The nozzle assembly is moved to the retracted position of FIG. 3 by the combined flux fields of the permanent magnet 122 and the energized coil 120 which causes loading of the spring and the bulging thereof as diagrammatically illustrated in FIG. 3. At this time the clearance "C" between the base plate and the pole plate is taken up and their respective faces 144 and 142 contact one another as shown in FIG. 3. The current to the electromagnet is then terminated since the flux field of the permanent magnet is quite adequate to retain the base 114 and the nozzle in the retracted FIG. 3 position. This provides important energy savings and ensures that the gas injector does not become overheated by the current supplied to the coil of the electromagnet. During this movement, the pressure gas readily escapes from the molded part through the clearances between the nozzle and its seat and between the nozzle body and the recess in tool 78 and through a discharge slot diagrammatically shown at 147 in the tool 78.
For a molding operation, the nozzle assembly is moved from the retracted position of FIG. 3 into the cavity sealing and gas injection position of FIG. 2. This is readily accomplished by reversing the supply of electric current so that the direction of the flux field of the coil effectively negates the flux field of the permanent magnet holding the base 114 and the nozzle in the retracted position. The spring under high compression load, accordingly, strokes the base and the nozzle assembly to the gas injection position.
With the nozzle assembly in the gas injection position and with heated plastics material supplied to the mold cavity, pressurized gas is again fed through the axial passage 158 into the interior of the heated plastics material to force the material to form as a hollow walled unit which interfaces with the cavity to form the profile thereof.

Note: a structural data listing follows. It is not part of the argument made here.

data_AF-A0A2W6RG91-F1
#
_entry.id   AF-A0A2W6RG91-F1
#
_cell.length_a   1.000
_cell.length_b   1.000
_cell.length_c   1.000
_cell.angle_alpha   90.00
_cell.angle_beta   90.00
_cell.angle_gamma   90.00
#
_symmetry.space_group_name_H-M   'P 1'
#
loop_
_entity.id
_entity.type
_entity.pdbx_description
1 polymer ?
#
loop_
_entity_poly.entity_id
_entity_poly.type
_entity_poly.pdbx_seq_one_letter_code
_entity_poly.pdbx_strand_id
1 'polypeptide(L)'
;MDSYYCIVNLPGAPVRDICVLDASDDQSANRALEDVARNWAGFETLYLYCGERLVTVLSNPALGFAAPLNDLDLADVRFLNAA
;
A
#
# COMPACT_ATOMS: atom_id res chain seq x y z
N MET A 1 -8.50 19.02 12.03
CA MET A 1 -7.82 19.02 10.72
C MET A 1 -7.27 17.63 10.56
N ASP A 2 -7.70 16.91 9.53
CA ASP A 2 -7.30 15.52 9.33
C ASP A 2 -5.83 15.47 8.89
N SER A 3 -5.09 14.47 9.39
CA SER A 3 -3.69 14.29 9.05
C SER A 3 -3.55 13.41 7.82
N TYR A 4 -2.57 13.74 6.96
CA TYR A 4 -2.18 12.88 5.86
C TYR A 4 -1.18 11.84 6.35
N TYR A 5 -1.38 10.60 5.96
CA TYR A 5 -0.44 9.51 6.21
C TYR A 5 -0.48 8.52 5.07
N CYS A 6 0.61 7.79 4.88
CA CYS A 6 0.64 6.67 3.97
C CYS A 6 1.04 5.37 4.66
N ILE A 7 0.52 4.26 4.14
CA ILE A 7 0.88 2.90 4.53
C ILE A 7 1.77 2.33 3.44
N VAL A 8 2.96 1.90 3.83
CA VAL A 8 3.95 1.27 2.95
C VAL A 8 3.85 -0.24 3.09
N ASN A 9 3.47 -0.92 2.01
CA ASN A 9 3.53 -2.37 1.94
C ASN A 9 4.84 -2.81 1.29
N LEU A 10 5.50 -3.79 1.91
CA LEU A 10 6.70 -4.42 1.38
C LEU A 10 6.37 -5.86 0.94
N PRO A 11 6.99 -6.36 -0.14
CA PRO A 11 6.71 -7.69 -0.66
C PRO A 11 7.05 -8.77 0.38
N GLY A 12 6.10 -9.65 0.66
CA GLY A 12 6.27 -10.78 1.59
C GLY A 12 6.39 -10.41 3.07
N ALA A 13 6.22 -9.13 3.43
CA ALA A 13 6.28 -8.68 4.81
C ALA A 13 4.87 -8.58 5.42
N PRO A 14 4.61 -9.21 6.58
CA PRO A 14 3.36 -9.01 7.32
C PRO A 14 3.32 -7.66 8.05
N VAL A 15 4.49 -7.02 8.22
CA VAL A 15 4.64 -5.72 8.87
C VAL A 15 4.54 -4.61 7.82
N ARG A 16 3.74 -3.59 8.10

After this injection and gas charging, the coil is energized so that its field again combines with the field of the permanent magnet to again attract the base across the clearance between the base and the pole. While as indicated above, this may involve only a distance of three millimeters. The travel is sufficient to clear the nozzle from the interface mold tooling so that the mold tooling can be readily separated and the formed plastics part can be easily ejected from the tooling.
During this retraction, the inert gas fed into the interior of the mold will return through the passage between the nozzle body and the opening in the tool therefor. As shown in FIG. 3, this retraction again causes the spring 116 to receive the retraction load and deflect from the cylindrical form to a barrel shaped configuration. At this time the position sensor has determined that the nozzle is in its fully retracted position so that the coil is then deenergized by the controls and the base is held solely by the force field of the permanent magnet. This advantageously reduces the consumption of electrical energy and prevents the heat build-up in the body of the gas injector unit. In a subsequent molding procedure, the current feed to the coil is reversed so that its magnetic field again cancels the field of the permanent magnet and the spring 116 again returns to its FIG. 2 position in which the nozzle is nested in the gas injection position.